Careers Adviser

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    Careers advisers provide guidance about career choice, employment, training and further education opportunities to clients, including young people and the unemployed.

    Careers advisers help to identify options for suitable careers, build CVs, identify skills gaps, advise on where to search for jobs, help with the application process and locate relevant training courses.

     

    Employers of Careers Adviser

    • schools, colleges and universities;
    • jobcentres;
    • training providers;
    • libraries;
    • community centres;
    • probation offices;
    • charities;
    • places of worship;
    • local authorities.

     

    Duties

    • interviewing people one-to-one or in small groups to discuss career or education options;
    • identifying skills gaps and how to deal with them;
    • helping young people to draw up action plans for employment, education and training and supporting them to achieve these goals;
    • researching careers, options and support organizations to meet people’s needs;
    • advising people on how to source relevant training courses or qualifications and what funding might be available;
    • providing advice on CV, applications, job hunting and interview techniques;
    • running small group sessions or larger presentations on all aspects of careers work and topics related to personal development;
    • helping people to understand the current job market;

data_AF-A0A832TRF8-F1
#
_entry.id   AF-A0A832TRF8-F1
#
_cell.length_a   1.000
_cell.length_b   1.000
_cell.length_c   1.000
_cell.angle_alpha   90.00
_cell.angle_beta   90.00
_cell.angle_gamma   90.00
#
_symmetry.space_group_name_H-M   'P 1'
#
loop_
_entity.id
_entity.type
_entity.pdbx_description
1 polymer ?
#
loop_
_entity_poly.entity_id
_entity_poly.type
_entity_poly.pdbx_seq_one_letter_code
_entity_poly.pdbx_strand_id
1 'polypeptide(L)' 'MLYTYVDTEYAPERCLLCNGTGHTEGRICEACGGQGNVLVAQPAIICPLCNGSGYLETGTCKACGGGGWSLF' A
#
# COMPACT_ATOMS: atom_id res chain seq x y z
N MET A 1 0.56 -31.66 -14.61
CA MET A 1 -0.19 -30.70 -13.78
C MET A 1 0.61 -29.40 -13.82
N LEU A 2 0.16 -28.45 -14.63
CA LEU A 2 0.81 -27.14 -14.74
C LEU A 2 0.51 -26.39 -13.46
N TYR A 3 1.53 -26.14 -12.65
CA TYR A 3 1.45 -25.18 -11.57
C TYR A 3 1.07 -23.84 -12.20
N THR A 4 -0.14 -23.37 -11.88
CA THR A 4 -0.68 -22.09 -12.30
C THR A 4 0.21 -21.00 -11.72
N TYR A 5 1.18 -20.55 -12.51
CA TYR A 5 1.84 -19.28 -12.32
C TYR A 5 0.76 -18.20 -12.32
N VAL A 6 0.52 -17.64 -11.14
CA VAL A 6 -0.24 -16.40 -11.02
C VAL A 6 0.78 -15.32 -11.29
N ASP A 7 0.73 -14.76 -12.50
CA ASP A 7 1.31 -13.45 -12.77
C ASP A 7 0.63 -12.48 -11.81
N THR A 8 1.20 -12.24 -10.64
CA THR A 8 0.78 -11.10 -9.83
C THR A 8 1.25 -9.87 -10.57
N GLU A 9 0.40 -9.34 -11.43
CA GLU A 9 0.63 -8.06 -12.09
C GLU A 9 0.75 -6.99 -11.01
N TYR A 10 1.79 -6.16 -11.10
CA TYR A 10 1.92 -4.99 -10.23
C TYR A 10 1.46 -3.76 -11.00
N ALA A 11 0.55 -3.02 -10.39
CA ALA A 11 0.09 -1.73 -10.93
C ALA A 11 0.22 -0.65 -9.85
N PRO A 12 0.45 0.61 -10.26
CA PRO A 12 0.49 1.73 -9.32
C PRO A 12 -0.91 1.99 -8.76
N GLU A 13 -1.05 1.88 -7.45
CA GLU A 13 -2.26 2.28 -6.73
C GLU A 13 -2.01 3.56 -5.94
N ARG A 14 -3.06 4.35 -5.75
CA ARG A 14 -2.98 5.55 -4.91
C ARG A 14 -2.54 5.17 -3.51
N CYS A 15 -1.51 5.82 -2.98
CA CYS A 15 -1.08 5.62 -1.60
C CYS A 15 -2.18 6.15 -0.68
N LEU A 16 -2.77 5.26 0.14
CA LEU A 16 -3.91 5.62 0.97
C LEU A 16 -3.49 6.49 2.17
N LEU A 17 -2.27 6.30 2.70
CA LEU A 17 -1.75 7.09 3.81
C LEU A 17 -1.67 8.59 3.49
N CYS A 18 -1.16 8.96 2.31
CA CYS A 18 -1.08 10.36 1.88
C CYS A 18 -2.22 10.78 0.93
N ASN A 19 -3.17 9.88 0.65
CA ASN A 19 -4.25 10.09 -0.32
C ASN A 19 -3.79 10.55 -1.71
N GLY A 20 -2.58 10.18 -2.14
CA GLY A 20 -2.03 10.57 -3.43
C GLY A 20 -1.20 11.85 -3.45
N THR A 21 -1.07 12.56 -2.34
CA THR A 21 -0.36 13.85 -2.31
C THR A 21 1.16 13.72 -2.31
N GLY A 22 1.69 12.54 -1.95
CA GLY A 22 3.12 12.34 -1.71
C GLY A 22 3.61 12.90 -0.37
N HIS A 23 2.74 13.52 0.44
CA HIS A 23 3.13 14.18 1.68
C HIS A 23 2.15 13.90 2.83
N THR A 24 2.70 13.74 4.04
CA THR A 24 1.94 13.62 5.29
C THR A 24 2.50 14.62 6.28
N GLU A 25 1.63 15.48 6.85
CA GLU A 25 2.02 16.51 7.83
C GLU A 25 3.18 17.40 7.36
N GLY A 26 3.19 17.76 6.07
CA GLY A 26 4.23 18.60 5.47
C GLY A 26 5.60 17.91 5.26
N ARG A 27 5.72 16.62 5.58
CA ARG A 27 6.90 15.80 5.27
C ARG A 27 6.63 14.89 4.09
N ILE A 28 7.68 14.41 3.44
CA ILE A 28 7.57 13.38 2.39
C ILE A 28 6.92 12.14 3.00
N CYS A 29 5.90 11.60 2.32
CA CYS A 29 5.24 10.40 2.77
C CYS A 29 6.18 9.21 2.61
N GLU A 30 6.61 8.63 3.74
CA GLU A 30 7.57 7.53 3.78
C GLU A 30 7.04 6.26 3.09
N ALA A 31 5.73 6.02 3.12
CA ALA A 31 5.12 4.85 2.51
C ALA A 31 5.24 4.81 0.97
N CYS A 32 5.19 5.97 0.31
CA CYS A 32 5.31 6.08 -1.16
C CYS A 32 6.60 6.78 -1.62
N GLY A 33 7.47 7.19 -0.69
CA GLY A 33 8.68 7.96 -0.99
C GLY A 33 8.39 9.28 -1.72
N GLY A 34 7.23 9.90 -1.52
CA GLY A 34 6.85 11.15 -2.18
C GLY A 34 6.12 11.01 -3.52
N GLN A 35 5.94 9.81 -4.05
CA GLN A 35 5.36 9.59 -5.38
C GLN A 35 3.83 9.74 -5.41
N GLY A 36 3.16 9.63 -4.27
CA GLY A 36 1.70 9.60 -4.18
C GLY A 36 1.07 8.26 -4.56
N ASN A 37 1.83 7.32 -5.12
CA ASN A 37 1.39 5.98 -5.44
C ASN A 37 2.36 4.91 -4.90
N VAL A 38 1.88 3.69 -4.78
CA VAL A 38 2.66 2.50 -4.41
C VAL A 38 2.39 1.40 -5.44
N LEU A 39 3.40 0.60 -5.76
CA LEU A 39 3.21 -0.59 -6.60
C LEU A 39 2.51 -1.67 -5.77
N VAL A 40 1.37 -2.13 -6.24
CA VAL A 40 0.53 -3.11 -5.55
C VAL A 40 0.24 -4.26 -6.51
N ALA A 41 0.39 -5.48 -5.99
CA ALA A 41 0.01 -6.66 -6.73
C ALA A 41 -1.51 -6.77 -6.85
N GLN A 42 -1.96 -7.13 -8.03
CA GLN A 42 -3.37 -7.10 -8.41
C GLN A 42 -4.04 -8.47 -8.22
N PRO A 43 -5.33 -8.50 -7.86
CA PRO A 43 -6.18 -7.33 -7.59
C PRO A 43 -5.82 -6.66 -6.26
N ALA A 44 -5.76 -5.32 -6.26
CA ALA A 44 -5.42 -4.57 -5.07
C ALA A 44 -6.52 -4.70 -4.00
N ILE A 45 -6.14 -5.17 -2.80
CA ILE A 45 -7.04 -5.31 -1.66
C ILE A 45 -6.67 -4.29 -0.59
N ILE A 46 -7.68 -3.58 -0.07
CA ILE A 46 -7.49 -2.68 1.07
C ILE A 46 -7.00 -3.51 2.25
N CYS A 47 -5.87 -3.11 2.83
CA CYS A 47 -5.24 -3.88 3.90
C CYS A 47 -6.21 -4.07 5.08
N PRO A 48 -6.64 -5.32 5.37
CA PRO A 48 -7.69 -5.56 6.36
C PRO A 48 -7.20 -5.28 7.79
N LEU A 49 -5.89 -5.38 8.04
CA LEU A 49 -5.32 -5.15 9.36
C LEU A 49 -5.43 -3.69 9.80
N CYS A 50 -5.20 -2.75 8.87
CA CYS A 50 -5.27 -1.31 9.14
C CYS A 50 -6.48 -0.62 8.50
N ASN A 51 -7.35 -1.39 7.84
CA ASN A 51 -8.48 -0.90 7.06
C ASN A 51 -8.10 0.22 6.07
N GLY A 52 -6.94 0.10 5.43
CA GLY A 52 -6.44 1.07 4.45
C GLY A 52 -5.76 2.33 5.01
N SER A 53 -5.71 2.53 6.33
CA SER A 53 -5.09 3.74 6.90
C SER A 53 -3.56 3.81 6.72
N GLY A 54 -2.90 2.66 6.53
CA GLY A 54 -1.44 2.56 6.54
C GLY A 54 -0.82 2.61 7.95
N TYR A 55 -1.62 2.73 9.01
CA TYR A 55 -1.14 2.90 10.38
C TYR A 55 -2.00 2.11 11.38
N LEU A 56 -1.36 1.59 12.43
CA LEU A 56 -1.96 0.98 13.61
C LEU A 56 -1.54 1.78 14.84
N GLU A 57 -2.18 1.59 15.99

• liaising and negotiating with other organizations on behalf of people;
    • using IT for administrative tasks, such as recording interactions with and tracking clients;
    • using computer-aided guidance packages, skills assessment tools, career planners, psychometric tests and personal inventories;
    • writing careers literature or sourcing information products from elsewhere for use within the service;
    • planning and organizing careers fairs and conventions;
    • keeping up to date with labour market information, legislation, and professional and academic developments by visiting employers, training providers and training events run by educational and professional bodies;
    • managing a caseload of clients.

     

    Qualifications

    Although this area of work is open to all graduates, a degree or foundation degree in a sociological or educational related topic would be useful. In particular the following qualifications may help:

    • counselling;
    • psychology;
    • social work;
    • teaching;
    • youth work.

     

    Skills

    • a high level of communication and listening skills;
    • the ability to motivate and build a rapport with people;
    • flexibility and adaptability;
    • an empathetic, non-judgmental and ethical approach;
    • the ability to work individually or as part of a team;
    • the ability to manage your own caseload;
    • the capability to work under pressure;
    • organizational skills;
    • problem-solving skills;
    • familiarity with information technology.

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